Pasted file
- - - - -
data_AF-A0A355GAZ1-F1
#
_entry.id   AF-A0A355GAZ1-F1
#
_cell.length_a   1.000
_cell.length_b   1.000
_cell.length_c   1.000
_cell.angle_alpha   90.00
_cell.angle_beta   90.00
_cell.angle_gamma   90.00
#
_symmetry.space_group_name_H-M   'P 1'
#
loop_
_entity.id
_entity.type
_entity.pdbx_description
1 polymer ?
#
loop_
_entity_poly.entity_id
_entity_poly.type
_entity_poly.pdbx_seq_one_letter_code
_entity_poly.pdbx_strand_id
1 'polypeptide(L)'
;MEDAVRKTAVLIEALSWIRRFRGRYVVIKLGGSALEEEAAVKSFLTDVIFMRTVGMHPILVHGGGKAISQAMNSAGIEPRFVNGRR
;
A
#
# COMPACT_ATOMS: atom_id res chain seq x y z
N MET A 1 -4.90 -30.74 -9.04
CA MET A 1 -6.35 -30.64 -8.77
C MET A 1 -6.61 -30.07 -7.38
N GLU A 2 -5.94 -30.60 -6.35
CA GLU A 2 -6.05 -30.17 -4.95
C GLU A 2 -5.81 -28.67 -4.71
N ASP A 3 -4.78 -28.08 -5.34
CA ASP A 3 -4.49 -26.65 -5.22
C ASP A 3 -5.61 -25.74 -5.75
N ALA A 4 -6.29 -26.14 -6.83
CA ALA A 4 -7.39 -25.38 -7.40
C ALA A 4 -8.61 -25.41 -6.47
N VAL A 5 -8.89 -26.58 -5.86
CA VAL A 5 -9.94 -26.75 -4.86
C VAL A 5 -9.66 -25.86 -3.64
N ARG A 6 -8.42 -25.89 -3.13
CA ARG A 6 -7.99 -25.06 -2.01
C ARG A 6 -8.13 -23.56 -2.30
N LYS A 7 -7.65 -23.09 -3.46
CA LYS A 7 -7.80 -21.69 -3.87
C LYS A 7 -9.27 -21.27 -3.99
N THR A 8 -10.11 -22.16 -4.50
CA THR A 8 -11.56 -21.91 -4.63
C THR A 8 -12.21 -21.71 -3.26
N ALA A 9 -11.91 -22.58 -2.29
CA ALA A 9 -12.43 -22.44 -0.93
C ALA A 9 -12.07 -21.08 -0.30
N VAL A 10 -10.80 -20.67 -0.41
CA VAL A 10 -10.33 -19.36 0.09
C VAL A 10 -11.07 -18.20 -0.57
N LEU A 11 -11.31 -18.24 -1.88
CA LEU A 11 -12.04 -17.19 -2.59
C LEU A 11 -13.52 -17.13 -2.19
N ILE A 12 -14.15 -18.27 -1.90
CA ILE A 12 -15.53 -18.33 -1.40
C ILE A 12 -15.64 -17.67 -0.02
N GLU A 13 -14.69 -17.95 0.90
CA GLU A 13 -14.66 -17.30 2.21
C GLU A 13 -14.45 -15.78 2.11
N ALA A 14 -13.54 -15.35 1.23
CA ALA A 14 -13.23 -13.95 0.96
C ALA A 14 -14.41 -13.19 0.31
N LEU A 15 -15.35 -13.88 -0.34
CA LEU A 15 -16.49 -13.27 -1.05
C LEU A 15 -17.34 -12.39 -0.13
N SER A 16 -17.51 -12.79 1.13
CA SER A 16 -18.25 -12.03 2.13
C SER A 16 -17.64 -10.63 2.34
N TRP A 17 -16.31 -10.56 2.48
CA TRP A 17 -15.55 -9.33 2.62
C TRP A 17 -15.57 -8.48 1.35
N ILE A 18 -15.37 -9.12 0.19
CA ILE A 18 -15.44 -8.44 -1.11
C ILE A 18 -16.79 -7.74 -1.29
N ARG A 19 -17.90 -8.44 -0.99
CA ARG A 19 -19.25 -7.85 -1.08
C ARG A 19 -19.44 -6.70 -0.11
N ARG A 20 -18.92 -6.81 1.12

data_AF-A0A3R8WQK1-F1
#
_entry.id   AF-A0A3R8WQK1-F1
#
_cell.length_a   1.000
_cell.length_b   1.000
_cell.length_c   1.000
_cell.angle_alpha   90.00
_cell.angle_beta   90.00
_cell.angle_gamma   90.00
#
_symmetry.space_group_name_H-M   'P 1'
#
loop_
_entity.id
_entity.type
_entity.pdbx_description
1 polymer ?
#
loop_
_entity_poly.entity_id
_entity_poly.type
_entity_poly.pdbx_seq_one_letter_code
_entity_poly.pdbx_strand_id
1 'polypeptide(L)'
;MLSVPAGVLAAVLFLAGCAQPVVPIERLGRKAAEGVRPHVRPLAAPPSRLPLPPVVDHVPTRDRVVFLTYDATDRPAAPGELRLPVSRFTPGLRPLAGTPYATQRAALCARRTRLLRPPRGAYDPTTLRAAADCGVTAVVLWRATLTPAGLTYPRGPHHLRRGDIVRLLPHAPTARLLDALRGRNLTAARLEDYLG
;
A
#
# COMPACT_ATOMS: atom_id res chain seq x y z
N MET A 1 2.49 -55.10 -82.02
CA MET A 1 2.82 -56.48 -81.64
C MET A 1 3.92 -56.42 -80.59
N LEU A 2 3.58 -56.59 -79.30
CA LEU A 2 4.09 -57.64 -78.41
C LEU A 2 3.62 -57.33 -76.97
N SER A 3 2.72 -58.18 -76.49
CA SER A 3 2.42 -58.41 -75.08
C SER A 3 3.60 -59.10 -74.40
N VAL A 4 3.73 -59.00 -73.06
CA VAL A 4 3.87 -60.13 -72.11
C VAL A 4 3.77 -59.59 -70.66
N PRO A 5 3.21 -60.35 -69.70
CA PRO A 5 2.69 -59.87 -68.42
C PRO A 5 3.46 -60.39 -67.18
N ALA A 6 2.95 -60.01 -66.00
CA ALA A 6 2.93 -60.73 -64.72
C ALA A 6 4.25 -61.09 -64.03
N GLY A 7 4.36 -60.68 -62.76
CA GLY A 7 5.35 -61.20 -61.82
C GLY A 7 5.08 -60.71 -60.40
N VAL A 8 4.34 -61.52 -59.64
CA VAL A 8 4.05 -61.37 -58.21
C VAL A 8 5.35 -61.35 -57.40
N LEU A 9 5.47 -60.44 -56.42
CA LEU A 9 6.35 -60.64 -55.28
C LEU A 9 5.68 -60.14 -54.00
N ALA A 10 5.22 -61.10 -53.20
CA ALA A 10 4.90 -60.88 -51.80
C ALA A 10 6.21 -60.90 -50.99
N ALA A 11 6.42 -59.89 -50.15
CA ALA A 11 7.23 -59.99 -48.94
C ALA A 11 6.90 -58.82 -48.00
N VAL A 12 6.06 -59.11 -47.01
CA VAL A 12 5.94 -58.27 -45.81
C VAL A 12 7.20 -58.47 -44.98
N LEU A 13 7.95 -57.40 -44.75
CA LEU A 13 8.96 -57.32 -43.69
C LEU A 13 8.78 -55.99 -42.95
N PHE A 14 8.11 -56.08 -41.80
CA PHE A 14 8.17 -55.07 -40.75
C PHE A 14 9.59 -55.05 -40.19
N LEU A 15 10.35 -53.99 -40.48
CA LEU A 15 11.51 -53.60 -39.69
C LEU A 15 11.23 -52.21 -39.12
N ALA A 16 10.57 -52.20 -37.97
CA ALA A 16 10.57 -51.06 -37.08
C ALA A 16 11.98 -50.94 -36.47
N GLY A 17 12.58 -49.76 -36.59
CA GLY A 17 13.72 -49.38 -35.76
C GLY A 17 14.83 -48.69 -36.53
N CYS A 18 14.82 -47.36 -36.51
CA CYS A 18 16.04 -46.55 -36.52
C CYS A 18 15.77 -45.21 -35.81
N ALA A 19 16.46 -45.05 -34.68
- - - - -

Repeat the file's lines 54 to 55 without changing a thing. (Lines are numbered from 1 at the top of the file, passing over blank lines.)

C THR A 8 -12.21 -21.71 -3.26
N ALA A 9 -11.91 -22.58 -2.29